Reviewed by Katherine Karlson

Love is in the air in Owego, as the Ti-Ahwaga Community Players wrap up their current season with The Wedding Singer, a musical by Chad Beguelin and Tim Herlihy with music by Matthew Sklar. It is based on the 1998 Adam Sandler/Drew Barrymore movie.

June is not only a perfect month for weddings, but also to enjoy this lively musical, the latest in a long line of comedic takes on the theme of “The course of true love never did run smooth.” What sets it apart is its firm footing in the 1980s with just a hint of the screwball comedies of Hollywood’s Golden Age.  Period references — such as Rubik cubes, brick cell phones and supremely ugly wedding gowns — abound as the story of two unlikely lovers who find each other unfolds.

The plot revolves around the trials of Robbie Hart, the titular hero, who fronts a wedding band and is about to be married to Linda.  She dumps him, he meets Julia, herself about to be engaged, at a wedding gig, and the story takes off from there.  There are the usual twists and turns, mistakes and pratfalls that season any romantic comedy, but there is storybook happy ending for all.

Eli Carlin portrays Robbie in a strong performance that is both sensitive and funny. Carlin could pass for a young Jack Black and shares some of his manic energy, which is tempered by a deeply romantic longing to find his true love, the woman he can “grow old with.” His character endures a series of emotional heavy hits, from being left at the altar to mistakenly thinking his true love will be happy on the eve of her wedding to another man.

Carlin maintains a dignity in despair and never descends into whining self-pity as Robbie constantly confronts his own romantic failures while he serenades other happy couples at their weddings. He brings out the depth and complexity of a character who is a seeming loser — a guy who lives in his grandmother’s basement and barely scrapes by as a third-rate crooner — but deserves to win the hand of his lady love.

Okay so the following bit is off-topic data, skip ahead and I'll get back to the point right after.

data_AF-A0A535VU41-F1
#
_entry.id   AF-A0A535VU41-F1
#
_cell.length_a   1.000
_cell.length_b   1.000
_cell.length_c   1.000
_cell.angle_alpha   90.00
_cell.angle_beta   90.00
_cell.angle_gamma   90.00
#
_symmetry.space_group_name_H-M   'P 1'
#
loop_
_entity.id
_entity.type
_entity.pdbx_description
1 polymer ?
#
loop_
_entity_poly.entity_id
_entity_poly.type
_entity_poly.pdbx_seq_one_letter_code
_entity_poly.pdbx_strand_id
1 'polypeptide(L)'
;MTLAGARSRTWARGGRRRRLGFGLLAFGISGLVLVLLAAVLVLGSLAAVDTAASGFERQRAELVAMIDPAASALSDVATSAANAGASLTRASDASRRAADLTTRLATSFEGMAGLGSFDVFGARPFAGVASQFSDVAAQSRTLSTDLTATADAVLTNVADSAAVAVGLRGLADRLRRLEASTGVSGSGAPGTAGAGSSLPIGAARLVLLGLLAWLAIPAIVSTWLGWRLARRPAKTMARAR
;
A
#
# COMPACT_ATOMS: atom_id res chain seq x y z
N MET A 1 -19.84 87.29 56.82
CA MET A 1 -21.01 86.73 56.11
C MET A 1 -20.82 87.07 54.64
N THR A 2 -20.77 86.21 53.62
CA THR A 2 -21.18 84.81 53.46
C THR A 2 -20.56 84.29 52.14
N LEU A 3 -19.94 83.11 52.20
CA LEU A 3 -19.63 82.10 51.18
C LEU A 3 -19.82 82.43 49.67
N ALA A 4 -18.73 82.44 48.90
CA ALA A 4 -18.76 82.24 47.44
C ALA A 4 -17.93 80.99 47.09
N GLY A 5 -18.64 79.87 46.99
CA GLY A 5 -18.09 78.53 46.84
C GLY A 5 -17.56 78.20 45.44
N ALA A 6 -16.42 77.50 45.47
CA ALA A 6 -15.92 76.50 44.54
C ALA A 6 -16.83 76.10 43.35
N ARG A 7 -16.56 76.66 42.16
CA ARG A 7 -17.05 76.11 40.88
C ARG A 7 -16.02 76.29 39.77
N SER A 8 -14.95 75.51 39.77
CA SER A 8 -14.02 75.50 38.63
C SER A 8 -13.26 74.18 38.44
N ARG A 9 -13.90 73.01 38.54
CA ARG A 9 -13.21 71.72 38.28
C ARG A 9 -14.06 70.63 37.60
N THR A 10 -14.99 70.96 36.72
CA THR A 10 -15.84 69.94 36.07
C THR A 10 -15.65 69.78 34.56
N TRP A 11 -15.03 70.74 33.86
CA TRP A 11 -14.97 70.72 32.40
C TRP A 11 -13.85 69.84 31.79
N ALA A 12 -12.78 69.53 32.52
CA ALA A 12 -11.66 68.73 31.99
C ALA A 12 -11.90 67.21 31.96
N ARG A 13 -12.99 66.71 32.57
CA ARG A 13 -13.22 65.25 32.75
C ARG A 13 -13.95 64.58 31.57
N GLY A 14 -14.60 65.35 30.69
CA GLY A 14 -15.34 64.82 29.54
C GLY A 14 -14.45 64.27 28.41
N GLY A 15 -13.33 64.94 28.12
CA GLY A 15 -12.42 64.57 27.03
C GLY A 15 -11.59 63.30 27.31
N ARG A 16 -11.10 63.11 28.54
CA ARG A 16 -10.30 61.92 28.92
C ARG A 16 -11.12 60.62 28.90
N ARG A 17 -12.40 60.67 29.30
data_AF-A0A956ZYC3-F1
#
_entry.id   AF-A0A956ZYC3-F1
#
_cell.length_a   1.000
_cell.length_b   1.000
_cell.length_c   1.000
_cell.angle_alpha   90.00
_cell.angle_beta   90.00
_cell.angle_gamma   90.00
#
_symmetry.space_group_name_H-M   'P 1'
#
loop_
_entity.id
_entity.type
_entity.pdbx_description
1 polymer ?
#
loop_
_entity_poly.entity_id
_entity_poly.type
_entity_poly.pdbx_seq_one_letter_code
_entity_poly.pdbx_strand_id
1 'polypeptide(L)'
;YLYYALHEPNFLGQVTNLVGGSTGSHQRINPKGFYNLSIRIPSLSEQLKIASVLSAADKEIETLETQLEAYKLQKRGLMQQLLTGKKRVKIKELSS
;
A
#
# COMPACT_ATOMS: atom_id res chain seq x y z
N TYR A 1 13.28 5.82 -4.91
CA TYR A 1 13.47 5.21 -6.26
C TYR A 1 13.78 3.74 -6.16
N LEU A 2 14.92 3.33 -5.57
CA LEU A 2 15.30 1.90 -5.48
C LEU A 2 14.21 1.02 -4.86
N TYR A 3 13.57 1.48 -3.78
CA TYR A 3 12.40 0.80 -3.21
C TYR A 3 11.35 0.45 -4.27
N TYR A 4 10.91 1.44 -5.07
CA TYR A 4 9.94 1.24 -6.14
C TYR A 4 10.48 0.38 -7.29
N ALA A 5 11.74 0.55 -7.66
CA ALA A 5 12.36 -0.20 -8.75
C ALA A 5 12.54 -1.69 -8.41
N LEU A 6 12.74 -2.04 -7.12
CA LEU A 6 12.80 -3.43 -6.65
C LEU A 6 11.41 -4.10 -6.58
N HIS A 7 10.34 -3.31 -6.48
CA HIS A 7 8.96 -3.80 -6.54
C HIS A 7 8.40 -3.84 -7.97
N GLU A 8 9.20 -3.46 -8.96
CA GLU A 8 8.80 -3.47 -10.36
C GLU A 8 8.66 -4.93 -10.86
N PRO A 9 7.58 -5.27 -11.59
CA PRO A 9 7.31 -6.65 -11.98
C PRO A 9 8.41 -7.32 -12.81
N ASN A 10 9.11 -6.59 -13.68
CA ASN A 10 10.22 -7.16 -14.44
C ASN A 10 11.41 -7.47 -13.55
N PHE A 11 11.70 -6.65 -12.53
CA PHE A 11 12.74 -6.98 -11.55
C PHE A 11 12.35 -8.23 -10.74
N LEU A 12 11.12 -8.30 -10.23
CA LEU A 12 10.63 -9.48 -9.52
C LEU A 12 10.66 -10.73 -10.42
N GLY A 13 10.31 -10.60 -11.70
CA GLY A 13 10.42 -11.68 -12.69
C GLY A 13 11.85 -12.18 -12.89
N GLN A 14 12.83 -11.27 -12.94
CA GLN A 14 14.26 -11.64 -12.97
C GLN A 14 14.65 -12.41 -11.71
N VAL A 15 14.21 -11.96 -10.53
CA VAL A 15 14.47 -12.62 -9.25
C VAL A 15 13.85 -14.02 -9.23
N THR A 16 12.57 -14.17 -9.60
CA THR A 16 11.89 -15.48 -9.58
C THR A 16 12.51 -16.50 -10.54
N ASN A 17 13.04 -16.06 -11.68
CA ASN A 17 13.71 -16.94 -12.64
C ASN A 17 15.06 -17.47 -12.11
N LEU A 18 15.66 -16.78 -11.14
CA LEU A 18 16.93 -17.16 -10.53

Julia Sullivan, the object of his affections, takes sympathetic shape through Anna Simek. Julia thinks her marriage to a wealthy Prince Charming will be “Someday,” but it is through her growing friendship with Robbie that she comes to realize what constitutes true love.  Whether she is coaxing Robbie to come out of a dumpster or he agrees to act as pack mule on a prenuptial shopping spree, they establish a relationship based on support, affection and respect.

The supporting players add to developing the theme of love gone wrong and right. Kerry Kane’s Linda, the fickle fiancée, offers up powerful, bluesy vocals and a wicked stage presence to match. Her deadpan removal of chewing gum before her first song contrasts with the no-holds-barred wrestling match that ensues when she begs Robbie to “Let Me Come Home.”  Both songs showcase this actor’s considerable ability to belt out a tune and keep it fresh.

Ryan Canavan and Alondra Hughes portray the secondary couple, Sammy and Holly, as a 1980s version of Beatrice and Benedick.  They have a history that neither will let the other forget, and their constant verbal sparring only serves to fan the flames of love that finally flare up brightly enough to show them the truth in the duet “Right in Front of Your Eyes.”

John Reidan Pitarresi is the third band member, who channels namesake Boy George, and has an inter-generational dance number with Grandma Rosie, played by Kathryn Morrissey-Burch. Rosie reminds us that love is ageless, especially when she apologizes to Robbie for making some noise at night with Grandpa.

Scott Saggiomo is spot-on as smarmy Glen Guglia, Julia’s betrothed. With his junk bonds, unfettered philandering,\ and occasional drug use, his character epitomizes the decade that proclaimed, “Greed is good!”

The ensemble members handle their multiple roles with efficiency and humor, whether they’re celebrity impersonators, wedding guests or nightclub patrons. The energy level is sustained, and, on opening night (June 7), the two-hour show didn’t flag or stall.

The choreography is imaginative and gives sly winks to some iconic dance moves: Guglia manages the Dirty Dancing lift of his partner but in no way makes it look easy. The slow-motion bridal bouquet toss is a witty moment of physical comedy.

All the characters in the play pursue various dreams: success as a band, marrying Mr. Right and living happily ever after, or something as simple as writing and singing the right song for your sweetheart at her wedding. The Wedding Singer showcases all these longings of the heart and ends with the promise, “I do,” to keep the one who matters the most.

Note; This musical contains some language and situations that are not suitable for children or young teenagers.

IF YOU GO: Performances of The Wedding Singer will be at 8 p.m. Fridays and Saturdays and 2 p.m. Sundays through June 23 at the Ti-Ahwaga Performing Arts Center, 42 Delphine St., Owego. Tickets are $20 ($18 for students with ID and for ages 60 and over). Purchase online at or call 687-2130.